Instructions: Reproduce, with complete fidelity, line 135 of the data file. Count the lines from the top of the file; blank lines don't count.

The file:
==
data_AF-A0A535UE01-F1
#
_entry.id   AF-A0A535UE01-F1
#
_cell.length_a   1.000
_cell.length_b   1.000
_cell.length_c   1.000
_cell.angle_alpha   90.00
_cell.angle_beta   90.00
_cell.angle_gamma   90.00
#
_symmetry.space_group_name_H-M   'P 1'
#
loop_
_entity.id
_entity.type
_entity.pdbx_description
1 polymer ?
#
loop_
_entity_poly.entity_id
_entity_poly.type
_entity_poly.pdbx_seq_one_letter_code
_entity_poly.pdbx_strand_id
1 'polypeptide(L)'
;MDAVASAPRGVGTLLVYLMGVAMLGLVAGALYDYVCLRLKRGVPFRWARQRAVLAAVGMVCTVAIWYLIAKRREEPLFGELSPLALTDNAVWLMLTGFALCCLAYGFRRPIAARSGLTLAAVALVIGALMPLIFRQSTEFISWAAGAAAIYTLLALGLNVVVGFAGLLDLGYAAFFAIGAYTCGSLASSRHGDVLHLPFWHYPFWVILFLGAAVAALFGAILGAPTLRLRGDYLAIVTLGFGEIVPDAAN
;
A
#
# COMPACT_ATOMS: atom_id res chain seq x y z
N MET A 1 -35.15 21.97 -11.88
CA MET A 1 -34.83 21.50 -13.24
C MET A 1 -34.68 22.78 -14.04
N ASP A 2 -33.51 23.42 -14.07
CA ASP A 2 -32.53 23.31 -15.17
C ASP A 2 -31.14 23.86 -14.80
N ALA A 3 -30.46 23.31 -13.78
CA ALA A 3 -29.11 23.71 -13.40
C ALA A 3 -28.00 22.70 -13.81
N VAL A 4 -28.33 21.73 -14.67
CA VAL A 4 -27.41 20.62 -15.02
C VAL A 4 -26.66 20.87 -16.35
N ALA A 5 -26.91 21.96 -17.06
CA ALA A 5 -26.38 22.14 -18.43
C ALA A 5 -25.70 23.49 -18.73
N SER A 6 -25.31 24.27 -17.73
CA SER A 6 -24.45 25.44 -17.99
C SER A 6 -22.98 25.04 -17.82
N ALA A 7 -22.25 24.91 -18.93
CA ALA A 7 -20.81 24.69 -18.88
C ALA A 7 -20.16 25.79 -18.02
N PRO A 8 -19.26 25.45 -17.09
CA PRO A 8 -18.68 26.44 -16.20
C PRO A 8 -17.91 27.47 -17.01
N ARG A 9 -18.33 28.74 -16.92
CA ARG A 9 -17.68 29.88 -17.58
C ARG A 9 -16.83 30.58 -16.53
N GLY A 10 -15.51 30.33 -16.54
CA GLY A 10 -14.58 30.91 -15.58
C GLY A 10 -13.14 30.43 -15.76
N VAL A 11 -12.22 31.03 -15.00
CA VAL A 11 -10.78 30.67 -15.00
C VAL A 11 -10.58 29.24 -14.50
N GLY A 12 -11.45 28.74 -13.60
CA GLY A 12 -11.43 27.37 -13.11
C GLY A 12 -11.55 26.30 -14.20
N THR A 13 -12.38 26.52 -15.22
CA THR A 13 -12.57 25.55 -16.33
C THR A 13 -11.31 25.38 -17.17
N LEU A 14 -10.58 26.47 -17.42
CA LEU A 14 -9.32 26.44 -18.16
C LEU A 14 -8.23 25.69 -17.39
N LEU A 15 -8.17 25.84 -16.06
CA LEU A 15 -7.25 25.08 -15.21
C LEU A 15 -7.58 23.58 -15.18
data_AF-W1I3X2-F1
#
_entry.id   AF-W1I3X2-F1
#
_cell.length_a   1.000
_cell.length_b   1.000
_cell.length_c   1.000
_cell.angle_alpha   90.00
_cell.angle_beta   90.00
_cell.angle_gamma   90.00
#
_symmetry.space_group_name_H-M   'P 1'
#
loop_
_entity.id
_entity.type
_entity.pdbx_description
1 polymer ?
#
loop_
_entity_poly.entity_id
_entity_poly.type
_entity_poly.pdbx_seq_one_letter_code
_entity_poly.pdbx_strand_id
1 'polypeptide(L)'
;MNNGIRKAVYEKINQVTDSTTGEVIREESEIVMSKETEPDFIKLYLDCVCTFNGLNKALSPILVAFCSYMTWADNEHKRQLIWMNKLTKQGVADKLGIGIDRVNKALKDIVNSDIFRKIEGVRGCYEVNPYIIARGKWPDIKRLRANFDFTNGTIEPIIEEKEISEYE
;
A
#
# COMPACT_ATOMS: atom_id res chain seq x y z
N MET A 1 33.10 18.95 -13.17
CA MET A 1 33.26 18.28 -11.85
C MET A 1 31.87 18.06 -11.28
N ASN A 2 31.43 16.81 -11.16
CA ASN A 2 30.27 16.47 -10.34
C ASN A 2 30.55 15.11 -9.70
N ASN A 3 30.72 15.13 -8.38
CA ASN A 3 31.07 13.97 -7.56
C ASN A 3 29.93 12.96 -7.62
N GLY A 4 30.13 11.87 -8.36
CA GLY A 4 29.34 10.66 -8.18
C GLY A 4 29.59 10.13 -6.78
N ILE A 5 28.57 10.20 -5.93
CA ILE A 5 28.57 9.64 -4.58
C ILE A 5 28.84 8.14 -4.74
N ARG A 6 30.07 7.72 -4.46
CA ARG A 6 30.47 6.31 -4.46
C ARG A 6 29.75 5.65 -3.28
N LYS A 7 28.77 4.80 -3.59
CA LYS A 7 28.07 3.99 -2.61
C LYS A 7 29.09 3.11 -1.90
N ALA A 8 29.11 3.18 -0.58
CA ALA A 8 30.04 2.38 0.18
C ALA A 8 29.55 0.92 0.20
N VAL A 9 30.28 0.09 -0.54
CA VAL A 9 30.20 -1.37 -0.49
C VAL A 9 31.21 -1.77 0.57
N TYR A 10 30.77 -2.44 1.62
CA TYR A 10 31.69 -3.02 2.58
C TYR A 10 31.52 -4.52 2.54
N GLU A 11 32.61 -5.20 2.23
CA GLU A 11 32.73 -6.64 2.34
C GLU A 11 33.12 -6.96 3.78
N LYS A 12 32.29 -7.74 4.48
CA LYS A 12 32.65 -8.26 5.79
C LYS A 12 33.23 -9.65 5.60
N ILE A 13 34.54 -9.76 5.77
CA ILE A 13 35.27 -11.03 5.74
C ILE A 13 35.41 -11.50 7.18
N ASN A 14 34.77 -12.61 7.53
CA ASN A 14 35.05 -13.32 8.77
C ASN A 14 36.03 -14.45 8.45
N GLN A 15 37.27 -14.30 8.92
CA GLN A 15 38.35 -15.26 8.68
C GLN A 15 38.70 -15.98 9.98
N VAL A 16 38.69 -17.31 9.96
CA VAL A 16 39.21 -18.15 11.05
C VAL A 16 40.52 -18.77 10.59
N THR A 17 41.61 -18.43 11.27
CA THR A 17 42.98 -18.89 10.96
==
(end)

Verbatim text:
C TYR A 10 31.52 -4.52 2.54